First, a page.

Diagnostic pathway costs

Stark et al.5 examined three counterfactual models for the purpose of assessing the cost-effectiveness of incorporating ES at different time points in the diagnostic trajectory. In model 1, ES was used as a last resort test performed after all other diagnostic tests, including both actual and planned single-gene and multigene panel tests, are exhausted; in model 2, ES replaced single- and multigene panel tests and complex/invasive tests; and in model 3, ES was used as a first-tier sequencing test replacing all other tests apart from chromosomal microarray. For the purpose of the current study, we have used model 2 because it most closely approximates likely clinical practice upon introduction of ES as an early test. In this model, patients undergo basic biochemical, imaging, and neurophysiological studies and subspecialist assessments, as in the standard diagnostic pathway, because these can guide empiric management while a definitive diagnosis is awaited. ES replaces all genetic testing except single-nucleotide polymorphism microarray analysis because the ES assay used was not accredited to detect structural variation. In this model, ES also replaces complex biochemistry testing, which is performed in specialized laboratories, and testing that is burdensome for patients, such as invasive tissue biopsies. Costs of sample shipments and of operating room/anesthetic time are eliminated as a result. There are two consultations with a clinical geneticist and genetic counselor per patient: one for initial assessment and ES initiation and the other for return of results.

The observed costs by Stark et al.5 were revised to increase the cost of ES from AU$2000.00 to AU$3100.00 (current price from Victorian Clinical Genetic Services).17 This revision increases the average cost of the ES diagnostic pathway from AU$5913.79 to AU$7013.79 per patient. The average cost of the standard diagnostic pathway remains at AU$4733.81, which increases the average incremental cost of performing ES from AU$1179.98 to AU$2279.98 per patient, and a total cost of AU$182,398.16 for the cohort.

The cost of singleton ES currently varies between AU$1500 (South Eastern Area Laboratory Services, personal communication) and AU$3100 (Victorian Clinical Genetics Services) in Australian laboratories. There is wide variation in the cost of genomic testing internationally as well as in analysis and reporting practices, which makes comparisons difficult, but averages of USD$4859 (AU$6425.78) for trio exome sequencing (ES) and USD$1944 (AU$2570.84) for singleton ES have been reported in a recent benchmarking study.18

In sensitivity analysis we performed bootstrap simulations in SAS version 9.4 with 5000 replications to estimate total costs and QALYs in a cohort of 80 at the high/low Australian price-points, original price-point of AU$2000, and the average cost of singleton ES reported for the United States.

Projection methodology

Due to the uncertainty in outcomes of rare genetic diseases diagnosed in this cohort, the projection is set at 20 years. This timeframe is considered adequate to examine the long-term cost-effectiveness of ES, without projecting beyond reasonable uncertainty.

This projection length differs from PBAC guidelines, which advise that when a treatment is expected to affect mortality or long-term outcomes, a lifetime projection is appropriate.19 Acknowledging this, extrapolations of up to 60 years are explored in sensitivity analysis. A base case annual discount ratio of 5% is applied, with sensitivity analysis of 3.5 and 0%, in accordance with the PBAC guidelines.19

No deaths were assumed to occur as a result of syndromes within the projections (apart from the observed death of patient 204313). Overall survival probabilities were applied to all projected cost and health outcomes using the latest Australian life-table data.20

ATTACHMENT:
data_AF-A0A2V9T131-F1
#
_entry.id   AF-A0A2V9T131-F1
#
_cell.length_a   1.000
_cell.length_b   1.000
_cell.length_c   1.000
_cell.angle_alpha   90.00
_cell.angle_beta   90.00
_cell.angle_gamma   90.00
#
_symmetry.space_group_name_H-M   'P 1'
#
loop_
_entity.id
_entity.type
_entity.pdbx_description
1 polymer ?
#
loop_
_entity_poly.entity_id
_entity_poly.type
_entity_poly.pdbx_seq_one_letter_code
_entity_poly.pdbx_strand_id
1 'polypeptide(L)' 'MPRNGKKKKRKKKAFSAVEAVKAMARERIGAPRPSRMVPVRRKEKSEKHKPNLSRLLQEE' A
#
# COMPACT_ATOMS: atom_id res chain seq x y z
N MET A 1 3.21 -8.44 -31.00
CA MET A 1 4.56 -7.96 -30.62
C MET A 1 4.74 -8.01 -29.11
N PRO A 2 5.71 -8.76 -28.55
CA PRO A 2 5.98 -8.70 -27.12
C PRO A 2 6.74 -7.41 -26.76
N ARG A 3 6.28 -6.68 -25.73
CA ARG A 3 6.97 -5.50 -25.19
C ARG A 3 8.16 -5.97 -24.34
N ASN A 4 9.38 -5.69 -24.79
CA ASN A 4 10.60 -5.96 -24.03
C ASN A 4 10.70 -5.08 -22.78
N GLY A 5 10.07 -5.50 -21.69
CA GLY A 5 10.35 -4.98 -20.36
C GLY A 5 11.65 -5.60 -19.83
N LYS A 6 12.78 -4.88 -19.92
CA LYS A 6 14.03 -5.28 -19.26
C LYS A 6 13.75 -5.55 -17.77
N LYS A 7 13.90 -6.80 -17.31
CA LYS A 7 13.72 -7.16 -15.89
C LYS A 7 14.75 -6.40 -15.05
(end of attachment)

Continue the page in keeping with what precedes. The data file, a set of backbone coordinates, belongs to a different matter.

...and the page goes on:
Population norm utility values were utilized to provide the most accurate estimation of incremental utility gained by ES. Assessment of quality of life (AQoL) utility norms were sourced from a 2013 study on the Australian population. The youngest age bracket was 16 to 19 years of age with a utility norm of 0.87 (ref. 21). In absence of detailed utility norms for children aged under 16, this utility norm of 0.87 is applied to ages 0 to 16.

To apply age-specific overall survival probabilities and utility norms, the cohort members are assumed to be 2 years of age at the end of the follow-up period. The average age of parents at the time of childbirth was found to be 33.1 and 30.7 for fathers and mothers respectively,22 which was weighted to 32 using Australian demographic statistics.23

Diagnostic costs are assumed to occur within the first year of the model, at which time the patient is categorized as diagnosed by ES, diagnosed by standard diagnostic care, or undiagnosed. Using this assumption, diagnostic costs occur prior to any annual discounting, whilst all costs and health outcomes recorded during the follow-up period were subject to one period of annual discounting compared with the costs measured by Stark et al.6

Reanalysis is assumed to be performed once at 18 months after an initial noninformative ES outcome (third year of the model).

Cascade outcomes were included at two time points: the outcomes deriving from the patients who were diagnosed on initial ES testing (beginning of second year), and the cascade outcomes of the patients diagnosed by reanalysis of ES data (third year of the model).

Reproductive costs and outcomes were assumed to occur at the beginning of the third year (Fig. 1).

Fig. 1
figure 1

Timing of Model Inputs


Of the 80 patients, a total of 48 received a diagnosis; 26 of these were diagnosed by ES only (4 of whom were diagnosed by reanalysis of ES data). A total of 22 diagnoses were achieved via the standard diagnostic pathway, inclusive of those who would have been diagnosed had the next planned test been undertaken. One diagnosis was made by standard diagnostics only (not ES).

Cascade testing was offered to all parents to clarify reproductive risks, and to siblings where clinically indicated. Seventy-nine of 88 eligible first-degree relatives underwent cascade testing. Twelve relatives of the infants diagnosed by ES received a molecular diagnosis following cascade testing. Two of these relatives had a change in management as a result.

A total of 16 couples sought advice from reproductive genetic services: 2 couples with undiagnosed children and 14 with diagnosed children. A total of nine pregnancies were recorded in the diagnosed group. Of these, three were diagnosed by ES only6 (Fig. 2).